If you’ve spent any time in the comedy world, you know that it’s small. Hang around long enough, and eventually you’ll run into everyone. The comedy world lost two well-respected veterans this week – Ken Ober, former host of MTV’s “Remote Control,” and longtime Boston comic Kevin Knox. I didn’t know either one of them well, but brief interactions can give you a pretty good idea of what people are like, and I was fortunate enough to catch a glimpse of both.
I worked with Ken briefly on a chaotic project several years back that turned into something of a nightmare for me. When it came time, after several weeks, to end the association, Ken was in the unfortunate position of being the triggerman, a role he was clearly uncomfortable with. He was straightforward but gracious, and given the stressful and brief nature of the thing, I didn’t get to know him as well as I would have liked. But what was really telling was what happened after. Several months later, I ran into him in a bar in the Lower East Side, and he approached me with the sort of effusive greeting usually reserved for old friends. As it was quite some time ago I’m not 100% on this, but I believe there was even a hug involved. His reaction, especially given the awkwardness of our parting from the project, caught me off-guard, and not in a bad way. It’s that sort of genuine warmth in a situation that could have easily gone differently that really tells you something about a person.
I never got to meet Kevin Knox, but I interviewed him over the phone a few years ago for a story I wrote for Radar Magazine on joke stealing in comedy (second item down). I had been told that he was suffering from cancer, and therefore might be hard to reach, but the subject turned out to be one that Kevin really wanted to talk about. He was eager to share his experiences, including a story about a certain comic he helped banish from the Boston comedy scene for one too many blatant infractions. Talking to Kevin, it was obvious that he was sharp and rough-edged in an old school, take-no-shit sort of way that’s hard to find these days, a man who was incredibly proud of his chosen profession, and for whom the concept of respect was still paramount. Here’s an excerpt of our conversation.
Kevin Knox: I’ve been doing comedy a long time. There’s a lot of ways people can write similar stuff – something topical happens, and within days, fifty guys have got a new joke on it. There’s coincidences. But this kid, he was a serial thief. He had a great ability to deliver onstage, but he couldn’t write. So he shouldn’t be a comedian, because he doesn’t have the ability to do his own thing. But he decided it would be easier if he stole stuff. The first day I watched his act on stage, he was an 18-year-old kid, but his act sounded like he was talking from the perspective of a 40-year-old.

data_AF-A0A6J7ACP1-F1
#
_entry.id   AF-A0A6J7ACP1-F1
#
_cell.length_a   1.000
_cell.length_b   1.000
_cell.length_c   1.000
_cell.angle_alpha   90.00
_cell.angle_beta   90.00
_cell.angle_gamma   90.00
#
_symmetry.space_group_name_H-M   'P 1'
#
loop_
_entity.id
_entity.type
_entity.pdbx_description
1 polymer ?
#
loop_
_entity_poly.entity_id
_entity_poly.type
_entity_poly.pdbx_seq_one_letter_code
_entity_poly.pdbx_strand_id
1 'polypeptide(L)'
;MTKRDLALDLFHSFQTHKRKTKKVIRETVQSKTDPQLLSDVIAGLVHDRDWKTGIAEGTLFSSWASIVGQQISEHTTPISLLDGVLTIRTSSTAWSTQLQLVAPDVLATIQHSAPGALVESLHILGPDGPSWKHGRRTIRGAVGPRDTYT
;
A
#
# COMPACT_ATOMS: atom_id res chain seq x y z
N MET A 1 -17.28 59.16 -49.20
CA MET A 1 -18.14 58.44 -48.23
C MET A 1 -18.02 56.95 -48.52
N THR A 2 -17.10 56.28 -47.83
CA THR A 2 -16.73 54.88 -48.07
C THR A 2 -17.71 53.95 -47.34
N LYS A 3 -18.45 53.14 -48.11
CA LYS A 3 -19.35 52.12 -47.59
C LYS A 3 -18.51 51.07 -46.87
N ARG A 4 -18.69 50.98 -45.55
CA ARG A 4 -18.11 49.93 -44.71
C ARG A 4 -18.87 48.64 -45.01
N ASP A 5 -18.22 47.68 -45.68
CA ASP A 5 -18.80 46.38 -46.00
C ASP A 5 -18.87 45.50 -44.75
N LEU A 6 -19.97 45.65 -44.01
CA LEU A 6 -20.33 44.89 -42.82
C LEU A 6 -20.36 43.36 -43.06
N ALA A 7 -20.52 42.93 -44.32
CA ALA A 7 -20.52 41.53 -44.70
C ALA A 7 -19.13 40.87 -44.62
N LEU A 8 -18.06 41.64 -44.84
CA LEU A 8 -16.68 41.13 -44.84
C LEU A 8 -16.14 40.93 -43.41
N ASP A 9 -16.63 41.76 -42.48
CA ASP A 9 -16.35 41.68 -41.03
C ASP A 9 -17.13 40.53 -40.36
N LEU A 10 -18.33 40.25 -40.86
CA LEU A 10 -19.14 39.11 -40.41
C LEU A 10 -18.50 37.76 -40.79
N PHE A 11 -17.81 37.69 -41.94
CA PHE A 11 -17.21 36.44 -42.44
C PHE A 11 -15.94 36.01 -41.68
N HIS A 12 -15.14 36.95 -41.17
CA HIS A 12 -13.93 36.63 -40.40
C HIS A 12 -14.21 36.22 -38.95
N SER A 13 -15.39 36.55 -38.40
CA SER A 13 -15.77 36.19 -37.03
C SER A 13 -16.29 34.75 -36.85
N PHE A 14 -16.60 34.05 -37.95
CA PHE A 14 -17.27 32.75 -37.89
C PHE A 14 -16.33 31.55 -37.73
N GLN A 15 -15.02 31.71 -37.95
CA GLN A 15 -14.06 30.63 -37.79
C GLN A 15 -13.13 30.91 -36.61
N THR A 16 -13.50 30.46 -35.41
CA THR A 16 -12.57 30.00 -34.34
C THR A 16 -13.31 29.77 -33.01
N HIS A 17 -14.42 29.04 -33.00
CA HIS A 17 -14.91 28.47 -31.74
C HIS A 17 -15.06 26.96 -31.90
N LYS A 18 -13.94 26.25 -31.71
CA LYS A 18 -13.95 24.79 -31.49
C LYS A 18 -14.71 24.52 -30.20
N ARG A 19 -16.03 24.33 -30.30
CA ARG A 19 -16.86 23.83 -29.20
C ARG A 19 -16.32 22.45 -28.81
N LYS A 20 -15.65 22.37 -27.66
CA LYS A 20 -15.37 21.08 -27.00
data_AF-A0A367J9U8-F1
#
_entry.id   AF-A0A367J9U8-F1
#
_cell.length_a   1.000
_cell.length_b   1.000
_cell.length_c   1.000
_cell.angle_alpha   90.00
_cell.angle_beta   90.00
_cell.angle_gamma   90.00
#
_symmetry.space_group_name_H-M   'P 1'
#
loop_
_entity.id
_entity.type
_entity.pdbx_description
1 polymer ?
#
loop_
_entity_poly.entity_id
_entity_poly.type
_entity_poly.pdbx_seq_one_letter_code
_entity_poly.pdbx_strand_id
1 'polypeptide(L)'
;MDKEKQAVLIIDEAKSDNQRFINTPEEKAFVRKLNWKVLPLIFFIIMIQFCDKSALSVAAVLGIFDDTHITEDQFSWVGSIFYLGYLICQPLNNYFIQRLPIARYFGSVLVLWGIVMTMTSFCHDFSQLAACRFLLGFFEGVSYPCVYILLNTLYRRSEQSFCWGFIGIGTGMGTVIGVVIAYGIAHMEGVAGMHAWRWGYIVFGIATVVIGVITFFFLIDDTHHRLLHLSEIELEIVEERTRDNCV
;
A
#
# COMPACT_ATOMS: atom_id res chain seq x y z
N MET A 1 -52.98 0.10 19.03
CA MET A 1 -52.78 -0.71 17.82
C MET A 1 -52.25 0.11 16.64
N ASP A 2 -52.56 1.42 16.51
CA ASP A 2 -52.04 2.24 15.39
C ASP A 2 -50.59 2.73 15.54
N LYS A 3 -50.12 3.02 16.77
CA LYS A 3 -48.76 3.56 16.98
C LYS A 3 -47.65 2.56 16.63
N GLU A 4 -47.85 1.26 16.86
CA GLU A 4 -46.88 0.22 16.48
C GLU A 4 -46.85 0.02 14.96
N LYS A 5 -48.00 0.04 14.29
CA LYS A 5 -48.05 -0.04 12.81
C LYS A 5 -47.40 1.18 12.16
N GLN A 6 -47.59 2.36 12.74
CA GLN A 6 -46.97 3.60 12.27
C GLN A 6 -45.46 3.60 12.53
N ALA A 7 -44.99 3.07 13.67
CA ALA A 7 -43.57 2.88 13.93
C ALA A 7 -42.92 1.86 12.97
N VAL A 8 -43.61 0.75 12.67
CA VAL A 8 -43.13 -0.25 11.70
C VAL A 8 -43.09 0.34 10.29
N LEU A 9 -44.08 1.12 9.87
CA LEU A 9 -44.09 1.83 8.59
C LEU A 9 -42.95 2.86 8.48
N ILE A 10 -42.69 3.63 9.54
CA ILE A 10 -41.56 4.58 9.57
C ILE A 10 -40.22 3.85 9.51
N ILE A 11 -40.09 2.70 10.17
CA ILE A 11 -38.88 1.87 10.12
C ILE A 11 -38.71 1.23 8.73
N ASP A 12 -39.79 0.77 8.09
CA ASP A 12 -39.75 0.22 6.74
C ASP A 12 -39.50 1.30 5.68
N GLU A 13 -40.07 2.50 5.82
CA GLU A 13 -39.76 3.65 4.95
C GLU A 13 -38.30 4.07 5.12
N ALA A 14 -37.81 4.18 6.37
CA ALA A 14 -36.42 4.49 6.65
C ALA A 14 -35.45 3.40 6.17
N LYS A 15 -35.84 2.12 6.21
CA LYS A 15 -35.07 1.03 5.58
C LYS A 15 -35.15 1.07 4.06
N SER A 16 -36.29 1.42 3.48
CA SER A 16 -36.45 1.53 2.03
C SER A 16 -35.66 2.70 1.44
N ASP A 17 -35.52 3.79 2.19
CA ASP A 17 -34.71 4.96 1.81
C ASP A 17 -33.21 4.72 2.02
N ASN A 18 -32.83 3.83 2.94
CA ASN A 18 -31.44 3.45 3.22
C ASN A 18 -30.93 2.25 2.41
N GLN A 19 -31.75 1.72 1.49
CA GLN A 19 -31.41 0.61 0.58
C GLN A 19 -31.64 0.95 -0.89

[Kevin then told me about how he and his friends learned for a fact that this kid’s act was stolen from a local comic; about how the jokes of other local comics started finding their way into the act as well; and finally, how he then caught the kid red-handed, doing one of HIS jokes while he was in the club.]
Kevin: So as he walks out of the club, I grab him. “What are you doing?” And he says, “I swear to god, I wasn’t stealing. Some guy heckled me, and I just went off on your thing. I was gonna tell everyone at the end.” I said, “listen, I don’t know you. Don’t ever do my joke, ever. There’ll be consequences. I’ll make you disappear off the comedy scene in Boston.” So a couple of months later, I’m back in town from Vegas, and [a few friends] are in a really bad mood. I go, “what’s wrong?” Their heads are down, they’re really depressed. And they told me he was doing some of my jokes. I said, “well, that’s it.” It ended that night. We threw him right out of town – kicked him in the ass and sent him out of town.
Me: What happened?
Kevin: First of all, he denied that he did it, that he stole everybody’s act. I said, “listen, I understand you were doing my jokes,” and he said, “no, that’s a lie. Whoever told you that is a fucking liar.” Long story short, it was clear that he had stolen it, and that he was gonna continue doing it. Did you see that episode of “The Sopranos” where they had that intervention for Christopher? I gave him a little of that. I made sure he physically understood, as well as mentally understood, that this was not to be done here in Boston.
Me: You’re saying he got smacked around a little bit?
Kevin: You say smacked. I say informed. He was informed of what would happen. I had the same thing years ago in the Mid-West. I’d never been out there before. I was in Cincinnati doing a show, and I ended up with this young kid on my show. He seems like a nice kid, and a year later I’m in Chicago, and the same kid shows up, “hey, good to see you,” and gets on stage and does one of my jokes word for word. When he walked off stage, I just dropped him. He said, “what was that for?” I said, “you did my joke. Now I’m gonna go on stage and do the same joke you just did, but I’m gonna do it better ‘cause it’s mine.” And I did the same joke. You don’t steal. Don’t take someone’s chance for fame away. That’s why with this [first] kid, I snapped. I’m not gonna let…this kid takes our acts onto the big screen, and he’s gonna become a big star on my dime? That’s not gonna happen. I’m not gonna allow that. He laid low for a year, went to L.A. But people know what’s going on, and it’s kept him a little bit in the background. The bottom line was, the kid was a punk and a thief, and he got what he deserved. I made him leave Boston – pushed him right out of the state. I called every comedy club and said, “it’s simple. Use [me or him]. It’s up to you. If you use him, I’ll never work there, and I’ll work in a club right down the street from yours.” He disappeared within a few days.
R.I.P., Ken and Kevin. You’ll be missed.